Financial Planning Articles

Financial Planning Articles (June 24, 2019)

“Financial Planning Articles” is a collection of articles and research that I’ve been reading regarding financial planning, industry trends, career development, and more.


This installment of Financial Planning Articles starts with two investment-related articles that go against conventional wisdom. The first features Michael Kitces and his findings that increasing equity exposure at retirement, rather than decreasing, is warranted. The second touches on the idea that effectiveness rather than efficiency is sometimes justified with portfolio construction and in many other areas of finance.

We then move to three articles centered around Generation Y and Z. The first takes a look at how colleges and soon-to-be graduates are responding to the projected financial advisor shortage. A Wall Street Journal article follows covering how Generation Y (Millennials), who began their working lives during the financial crisis, are less well-off relative to past generations. Our final article brings up the issue of employee advisors’ desire to “incubate” their personal brand within a firm’s brand and how firm owners can best leverage this development.

I hope you enjoy.

What I’m Reading:

Michael Kitces Says Traditional Retirement Investment Strategy Is Wrong (Ryan W. Neal,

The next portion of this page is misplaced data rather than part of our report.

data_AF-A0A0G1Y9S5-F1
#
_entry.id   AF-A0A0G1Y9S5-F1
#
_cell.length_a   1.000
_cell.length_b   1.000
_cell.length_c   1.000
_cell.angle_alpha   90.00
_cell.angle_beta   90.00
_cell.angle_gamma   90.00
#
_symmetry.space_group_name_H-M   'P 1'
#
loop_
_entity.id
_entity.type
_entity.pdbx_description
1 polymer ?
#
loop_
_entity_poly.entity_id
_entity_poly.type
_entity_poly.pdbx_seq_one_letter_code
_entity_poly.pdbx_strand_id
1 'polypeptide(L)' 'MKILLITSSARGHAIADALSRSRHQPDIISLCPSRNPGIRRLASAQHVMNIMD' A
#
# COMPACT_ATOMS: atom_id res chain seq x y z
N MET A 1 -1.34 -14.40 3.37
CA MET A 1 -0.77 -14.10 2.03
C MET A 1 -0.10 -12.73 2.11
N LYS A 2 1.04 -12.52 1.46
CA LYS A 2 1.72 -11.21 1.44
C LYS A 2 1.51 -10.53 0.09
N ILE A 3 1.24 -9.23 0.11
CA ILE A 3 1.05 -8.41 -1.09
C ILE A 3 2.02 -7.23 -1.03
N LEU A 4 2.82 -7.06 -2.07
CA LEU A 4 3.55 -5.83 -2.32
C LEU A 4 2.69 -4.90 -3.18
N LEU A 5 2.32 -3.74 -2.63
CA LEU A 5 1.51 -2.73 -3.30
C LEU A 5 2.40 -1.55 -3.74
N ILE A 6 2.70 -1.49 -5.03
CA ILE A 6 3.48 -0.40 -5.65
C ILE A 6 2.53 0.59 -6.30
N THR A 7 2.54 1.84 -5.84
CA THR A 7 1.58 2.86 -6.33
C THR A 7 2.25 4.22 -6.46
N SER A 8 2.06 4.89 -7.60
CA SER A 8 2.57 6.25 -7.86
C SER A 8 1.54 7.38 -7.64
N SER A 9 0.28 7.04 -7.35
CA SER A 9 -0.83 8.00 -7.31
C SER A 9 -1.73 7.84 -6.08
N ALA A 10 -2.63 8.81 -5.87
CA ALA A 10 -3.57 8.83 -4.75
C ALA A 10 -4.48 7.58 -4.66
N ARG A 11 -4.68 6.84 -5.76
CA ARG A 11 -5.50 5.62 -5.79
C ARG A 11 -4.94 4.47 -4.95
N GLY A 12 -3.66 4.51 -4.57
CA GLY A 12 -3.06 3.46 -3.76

“Michael Kitces thinks the investment strategy most advisers use to manage retirees’ assets is wrong. Traditional thinking is to make portfolios more conservative as clients age, moving away from stocks and into bonds to protect assets. Speaking on a panel at the InvestmentNewsRetirement Income Summit, Mr. Kitces said there really isn’t any data supporting this rule-of-thumb.

Not Efficient, But Effective (Nick Maggiulli,

“The more you look, the more you will find examples where efficiency does not equate with effectiveness…While I am all for working smart, sometimes working hard is the best option available.  So before you critique a financial strategy for being inefficient, ask yourself:  is it effective?”

As A Financial Advisor Shortage Looms, College Programs Look To Help Fill The Talent Gap (Lorie Konish,

“‘We get more job offers than we have students,’ Dean said. ‘And while that’s great for the students, the industry is still behind. We’re trending in the right direction, but we need to trend that way a lot faster.'”

‘Playing Catch-Up in the Game of Life.’ Millennials Approach Middle Age in Crisis (Janet Adamy and Paul Overberg, The Wall Street Journal)

“They found that millennial households had an average net worth of about $92,000 in 2016, nearly 40% less than Gen X households in 2001, adjusted for inflation, and about 20% less than baby boomer households in 1989.
Wages didn’t look much better. At the same ages, Gen X men working full time and who were heads of households earned 18% more than their millennial counterparts, and baby boomer men earned 27% more, when adjusting for inflation, age and other socioeconomic variables.”

When Staff Advisors Want To Market Themselves (Bryan Hasling,

“If you’re a manager, make sure you know exactly where your people fall on this spectrum.  If they are a marketer at heart, they’ll find a way to be seen, either at your firm or not…For those advisors in large firms with (unnecessarily) strict compliance rules on blogs and twitter, not only can they feel suppressed, but they can feel downright under-valued.  Basically breaking a rule from Management 101 – value your people.”


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